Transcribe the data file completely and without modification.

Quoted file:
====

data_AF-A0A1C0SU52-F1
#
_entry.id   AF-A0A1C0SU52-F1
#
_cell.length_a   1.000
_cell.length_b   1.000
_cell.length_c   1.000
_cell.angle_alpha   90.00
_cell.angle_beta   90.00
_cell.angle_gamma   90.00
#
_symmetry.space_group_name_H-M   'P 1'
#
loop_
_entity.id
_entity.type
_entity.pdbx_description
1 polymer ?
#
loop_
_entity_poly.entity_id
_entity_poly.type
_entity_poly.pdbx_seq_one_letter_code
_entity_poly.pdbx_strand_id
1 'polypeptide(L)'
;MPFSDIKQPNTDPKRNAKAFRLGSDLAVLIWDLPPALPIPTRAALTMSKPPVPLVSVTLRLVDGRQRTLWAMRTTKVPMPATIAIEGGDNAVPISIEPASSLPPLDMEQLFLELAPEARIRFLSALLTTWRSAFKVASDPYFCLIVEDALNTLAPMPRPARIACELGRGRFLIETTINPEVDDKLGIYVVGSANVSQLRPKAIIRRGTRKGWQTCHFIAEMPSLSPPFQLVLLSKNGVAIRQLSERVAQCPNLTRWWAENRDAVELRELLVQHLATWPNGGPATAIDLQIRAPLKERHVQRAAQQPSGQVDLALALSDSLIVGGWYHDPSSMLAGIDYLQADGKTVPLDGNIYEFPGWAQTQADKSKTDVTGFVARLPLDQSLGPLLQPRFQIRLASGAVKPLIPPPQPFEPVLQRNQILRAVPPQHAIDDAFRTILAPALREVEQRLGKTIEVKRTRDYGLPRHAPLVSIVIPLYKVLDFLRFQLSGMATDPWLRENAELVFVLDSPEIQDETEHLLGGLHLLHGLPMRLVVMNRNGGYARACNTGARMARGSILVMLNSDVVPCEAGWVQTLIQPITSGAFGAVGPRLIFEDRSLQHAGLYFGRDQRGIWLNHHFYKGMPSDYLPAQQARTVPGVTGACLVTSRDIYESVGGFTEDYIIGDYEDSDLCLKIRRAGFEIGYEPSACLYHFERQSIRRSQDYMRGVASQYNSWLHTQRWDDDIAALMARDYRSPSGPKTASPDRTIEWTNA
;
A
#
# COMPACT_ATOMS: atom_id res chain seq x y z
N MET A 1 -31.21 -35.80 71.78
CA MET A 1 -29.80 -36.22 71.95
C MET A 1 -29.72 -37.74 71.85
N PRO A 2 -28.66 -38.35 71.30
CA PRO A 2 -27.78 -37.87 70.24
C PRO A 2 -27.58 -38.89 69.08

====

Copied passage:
data_AF-A0A1C0SU52-F1
#
_entry.id   AF-A0A1C0SU52-F1
#
_cell.length_a   1.000
_cell.length_b   1.000
_cell.length_c   1.000
_cell.angle_alpha   90.00
_cell.angle_beta   90.00
_cell.angle_gamma   90.00
#
_symmetry.space_group_name_H-M   'P 1'
#
loop_
_entity.id
_entity.type
_entity.pdbx_description
1 polymer ?
#
loop_
_entity_poly.entity_id
_entity_poly.type
_entity_poly.pdbx_seq_one_letter_code
_entity_poly.pdbx_strand_id
1 'polypeptide(L)'
;MPFSDIKQPNTDPKRNAKAFRLGSDLAVLIWDLPPALPIPTRAALTMSKPPVPLVSVTLRLVDGRQRTLWAMRTTKVPMPATIAIEGGDNAVPISIEPASSLPPLDMEQLFLELAPEARIRFLSALLTTWRSAFKVASDPYFCLIVEDALNTLAPMPRPARIACELGRGRFLIETTINPEVDDKLGIYVVGSANVSQLRPKAIIRRGTRKGWQTCHFIAEMPSLSPPFQLVLLSKNGVAIRQLSERVAQCPNLTRWWAENRDAVELRELLVQHLATWPNGGPATAIDLQIRAPLKERHVQRAAQQPSGQVDLALALSDSLIVGGWYHDPSSMLAGIDYLQADGKTVPLDGNIYEFPGWAQTQADKSKTDVTGFVARLPLDQSLGPLLQPRFQIRLASGAVKPLIPPPQPFEPVLQRNQILRAVPPQHAIDDAFRTILAPALREVEQRLGKTIEVKRTRDYGLPRHAPLVSIVIPLYKVLDFLRFQLSGMATDPWLRENAELVFVLDSPEIQDETEHLLGGLHLLHGLPMRLVVMNRNGGYARACNTGARMARGSILVMLNSDVVPCEAGWVQTLIQPITSGAFGAVGPRLIFEDRSLQHAGLYFGRDQRGIWLNHHFYKGMPSDYLPAQQARTVPGVTGACLVTSRDIYESVGGFTEDYIIGDYEDSDLCLKIRRAGFEIGYEPSACLYHFERQSIRRSQDYMRGVASQYNSWLHTQRWDDDIAALMARDYRSPSGPKTASPDRTIEWTNA
;
A
#
# COMPACT_ATOMS: atom_id res chain seq x y z
N MET A 1 -31.21 -35.80 71.78
CA MET A 1 -29.80 -36.22 71.95
C MET A 1 -29.72 -37.74 71.85
N PRO A 2 -28.66 -38.35 71.30
CA PRO A 2 -27.78 -37.87 70.24
C PRO A 2 -27.58 -38.89 69.08